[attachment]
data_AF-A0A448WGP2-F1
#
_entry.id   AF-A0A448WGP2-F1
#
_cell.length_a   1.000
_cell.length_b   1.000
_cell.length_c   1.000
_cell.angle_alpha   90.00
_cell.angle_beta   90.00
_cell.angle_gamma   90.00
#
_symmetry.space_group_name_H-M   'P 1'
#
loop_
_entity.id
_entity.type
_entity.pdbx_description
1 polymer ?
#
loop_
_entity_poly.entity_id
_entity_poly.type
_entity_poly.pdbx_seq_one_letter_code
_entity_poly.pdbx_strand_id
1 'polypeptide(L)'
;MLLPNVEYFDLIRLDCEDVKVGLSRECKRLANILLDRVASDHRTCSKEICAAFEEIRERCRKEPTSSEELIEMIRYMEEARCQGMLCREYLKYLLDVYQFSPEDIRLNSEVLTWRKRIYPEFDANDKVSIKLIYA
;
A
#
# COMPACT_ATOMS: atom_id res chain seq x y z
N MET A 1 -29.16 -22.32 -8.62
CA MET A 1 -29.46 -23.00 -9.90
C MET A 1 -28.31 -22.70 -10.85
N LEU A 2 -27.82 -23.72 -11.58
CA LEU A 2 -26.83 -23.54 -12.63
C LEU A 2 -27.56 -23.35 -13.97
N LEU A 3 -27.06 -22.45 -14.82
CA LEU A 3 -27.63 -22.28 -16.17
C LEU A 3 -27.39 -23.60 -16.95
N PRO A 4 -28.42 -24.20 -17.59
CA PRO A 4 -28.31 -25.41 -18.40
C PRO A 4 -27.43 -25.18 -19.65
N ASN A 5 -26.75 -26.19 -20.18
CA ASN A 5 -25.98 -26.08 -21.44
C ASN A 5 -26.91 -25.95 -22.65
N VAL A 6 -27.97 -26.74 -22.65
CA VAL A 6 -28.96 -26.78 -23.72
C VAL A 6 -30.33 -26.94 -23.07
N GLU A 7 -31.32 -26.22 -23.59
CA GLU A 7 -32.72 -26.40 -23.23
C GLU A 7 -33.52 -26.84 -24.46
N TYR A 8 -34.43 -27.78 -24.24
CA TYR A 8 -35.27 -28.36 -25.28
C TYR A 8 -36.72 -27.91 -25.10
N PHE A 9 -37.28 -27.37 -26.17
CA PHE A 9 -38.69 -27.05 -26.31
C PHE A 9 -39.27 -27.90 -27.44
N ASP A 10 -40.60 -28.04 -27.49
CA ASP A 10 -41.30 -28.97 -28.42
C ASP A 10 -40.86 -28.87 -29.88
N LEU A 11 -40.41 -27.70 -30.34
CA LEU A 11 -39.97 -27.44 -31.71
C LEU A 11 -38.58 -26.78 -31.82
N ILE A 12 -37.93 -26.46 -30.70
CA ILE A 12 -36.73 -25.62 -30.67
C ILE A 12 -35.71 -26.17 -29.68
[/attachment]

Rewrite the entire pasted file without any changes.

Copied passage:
data_AF-A0A448WGP2-F1
#
_entry.id   AF-A0A448WGP2-F1
#
_cell.length_a   1.000
_cell.length_b   1.000
_cell.length_c   1.000
_cell.angle_alpha   90.00
_cell.angle_beta   90.00
_cell.angle_gamma   90.00
#
_symmetry.space_group_name_H-M   'P 1'
#
loop_
_entity.id
_entity.type
_entity.pdbx_description
1 polymer ?
#
loop_
_entity_poly.entity_id
_entity_poly.type
_entity_poly.pdbx_seq_one_letter_code
_entity_poly.pdbx_strand_id
1 'polypeptide(L)'
;MLLPNVEYFDLIRLDCEDVKVGLSRECKRLANILLDRVASDHRTCSKEICAAFEEIRERCRKEPTSSEELIEMIRYMEEARCQGMLCREYLKYLLDVYQFSPEDIRLNSEVLTWRKRIYPEFDANDKVSIKLIYA
;
A
#
# COMPACT_ATOMS: atom_id res chain seq x y z
N MET A 1 -29.16 -22.32 -8.62
CA MET A 1 -29.46 -23.00 -9.90
C MET A 1 -28.31 -22.70 -10.85
N LEU A 2 -27.82 -23.72 -11.58
CA LEU A 2 -26.83 -23.54 -12.63
C LEU A 2 -27.56 -23.35 -13.97
N LEU A 3 -27.06 -22.45 -14.82
CA LEU A 3 -27.63 -22.28 -16.17
C LEU A 3 -27.39 -23.60 -16.95
N PRO A 4 -28.42 -24.20 -17.59
CA PRO A 4 -28.31 -25.41 -18.40
C PRO A 4 -27.43 -25.18 -19.65
N ASN A 5 -26.75 -26.19 -20.18
CA ASN A 5 -25.98 -26.08 -21.44
C ASN A 5 -26.91 -25.95 -22.65
N VAL A 6 -27.97 -26.74 -22.65
CA VAL A 6 -28.96 -26.78 -23.72
C VAL A 6 -30.33 -26.94 -23.07
N GLU A 7 -31.32 -26.22 -23.59
CA GLU A 7 -32.72 -26.40 -23.23
C GLU A 7 -33.52 -26.84 -24.46
N TYR A 8 -34.43 -27.78 -24.24
CA TYR A 8 -35.27 -28.36 -25.28
C TYR A 8 -36.72 -27.91 -25.10
N PHE A 9 -37.28 -27.37 -26.17
CA PHE A 9 -38.69 -27.05 -26.31
C PHE A 9 -39.27 -27.90 -27.44
N ASP A 10 -40.60 -28.04 -27.49
CA ASP A 10 -41.30 -28.97 -28.42
C ASP A 10 -40.86 -28.87 -29.88
N LEU A 11 -40.41 -27.70 -30.34
CA LEU A 11 -39.97 -27.44 -31.71
C LEU A 11 -38.58 -26.78 -31.82
N ILE A 12 -37.93 -26.46 -30.70
CA ILE A 12 -36.73 -25.62 -30.67
C ILE A 12 -35.71 -26.17 -29.68